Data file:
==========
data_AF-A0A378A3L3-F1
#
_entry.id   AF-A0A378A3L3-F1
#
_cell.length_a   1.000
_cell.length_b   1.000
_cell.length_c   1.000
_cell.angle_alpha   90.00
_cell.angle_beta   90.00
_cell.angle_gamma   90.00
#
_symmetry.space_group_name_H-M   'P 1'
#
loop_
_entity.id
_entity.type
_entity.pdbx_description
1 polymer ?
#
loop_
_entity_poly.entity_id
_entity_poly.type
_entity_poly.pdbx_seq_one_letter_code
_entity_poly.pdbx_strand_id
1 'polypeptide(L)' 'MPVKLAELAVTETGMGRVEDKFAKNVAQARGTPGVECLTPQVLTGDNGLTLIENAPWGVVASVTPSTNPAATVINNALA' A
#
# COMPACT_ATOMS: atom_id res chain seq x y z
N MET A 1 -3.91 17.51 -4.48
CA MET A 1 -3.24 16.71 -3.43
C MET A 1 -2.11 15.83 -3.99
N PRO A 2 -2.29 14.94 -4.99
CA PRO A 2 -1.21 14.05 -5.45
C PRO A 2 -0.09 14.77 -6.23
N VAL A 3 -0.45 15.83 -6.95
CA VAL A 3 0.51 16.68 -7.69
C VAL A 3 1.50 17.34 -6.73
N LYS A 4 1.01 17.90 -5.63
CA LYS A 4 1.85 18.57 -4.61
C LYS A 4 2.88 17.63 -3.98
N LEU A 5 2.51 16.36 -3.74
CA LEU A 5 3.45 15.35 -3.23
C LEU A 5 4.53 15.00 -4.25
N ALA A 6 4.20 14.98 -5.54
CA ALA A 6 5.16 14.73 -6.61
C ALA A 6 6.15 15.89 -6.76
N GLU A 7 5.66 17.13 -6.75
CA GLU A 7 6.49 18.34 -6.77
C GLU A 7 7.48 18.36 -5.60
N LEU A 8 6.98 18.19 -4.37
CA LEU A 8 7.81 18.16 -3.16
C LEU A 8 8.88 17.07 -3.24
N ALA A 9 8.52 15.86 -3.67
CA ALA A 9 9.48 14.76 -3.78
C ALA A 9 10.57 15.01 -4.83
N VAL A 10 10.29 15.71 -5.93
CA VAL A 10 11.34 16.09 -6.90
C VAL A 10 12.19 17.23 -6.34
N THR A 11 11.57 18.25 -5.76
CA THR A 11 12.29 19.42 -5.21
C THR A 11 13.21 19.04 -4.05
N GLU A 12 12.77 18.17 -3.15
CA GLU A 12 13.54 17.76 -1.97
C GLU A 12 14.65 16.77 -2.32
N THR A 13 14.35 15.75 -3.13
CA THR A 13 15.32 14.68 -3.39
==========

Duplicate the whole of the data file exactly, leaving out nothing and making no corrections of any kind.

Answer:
data_AF-A0A378A3L3-F1
#
_entry.id   AF-A0A378A3L3-F1
#
_cell.length_a   1.000
_cell.length_b   1.000
_cell.length_c   1.000
_cell.angle_alpha   90.00
_cell.angle_beta   90.00
_cell.angle_gamma   90.00
#
_symmetry.space_group_name_H-M   'P 1'
#
loop_
_entity.id
_entity.type
_entity.pdbx_description
1 polymer ?
#
loop_
_entity_poly.entity_id
_entity_poly.type
_entity_poly.pdbx_seq_one_letter_code
_entity_poly.pdbx_strand_id
1 'polypeptide(L)' 'MPVKLAELAVTETGMGRVEDKFAKNVAQARGTPGVECLTPQVLTGDNGLTLIENAPWGVVASVTPSTNPAATVINNALA' A
#
# COMPACT_ATOMS: atom_id res chain seq x y z
N MET A 1 -3.91 17.51 -4.48
CA MET A 1 -3.24 16.71 -3.43
C MET A 1 -2.11 15.83 -3.99
N PRO A 2 -2.29 14.94 -4.99
CA PRO A 2 -1.21 14.05 -5.45
C PRO A 2 -0.09 14.77 -6.23
N VAL A 3 -0.45 15.83 -6.95
CA VAL A 3 0.51 16.68 -7.69
C VAL A 3 1.50 17.34 -6.73
N LYS A 4 1.01 17.90 -5.63
CA LYS A 4 1.85 18.57 -4.61
C LYS A 4 2.88 17.63 -3.98
N LEU A 5 2.51 16.36 -3.74
CA LEU A 5 3.45 15.35 -3.23
C LEU A 5 4.53 15.00 -4.25
N ALA A 6 4.20 14.98 -5.54
CA ALA A 6 5.16 14.73 -6.61
C ALA A 6 6.15 15.89 -6.76
N GLU A 7 5.66 17.13 -6.75
CA GLU A 7 6.49 18.34 -6.77
C GLU A 7 7.48 18.36 -5.60
N LEU A 8 6.98 18.19 -4.37
CA LEU A 8 7.81 18.16 -3.16
C LEU A 8 8.88 17.07 -3.24
N ALA A 9 8.52 15.86 -3.67
CA ALA A 9 9.48 14.76 -3.78
C ALA A 9 10.57 15.01 -4.83
N VAL A 10 10.29 15.71 -5.93
CA VAL A 10 11.34 16.09 -6.90
C VAL A 10 12.19 17.23 -6.34
N THR A 11 11.57 18.25 -5.76
CA THR A 11 12.29 19.42 -5.21
C THR A 11 13.21 19.04 -4.05
N GLU A 12 12.77 18.17 -3.15
CA GLU A 12 13.54 17.76 -1.97
C GLU A 12 14.65 16.77 -2.32
N THR A 13 14.35 15.75 -3.13
CA THR A 13 15.32 14.68 -3.39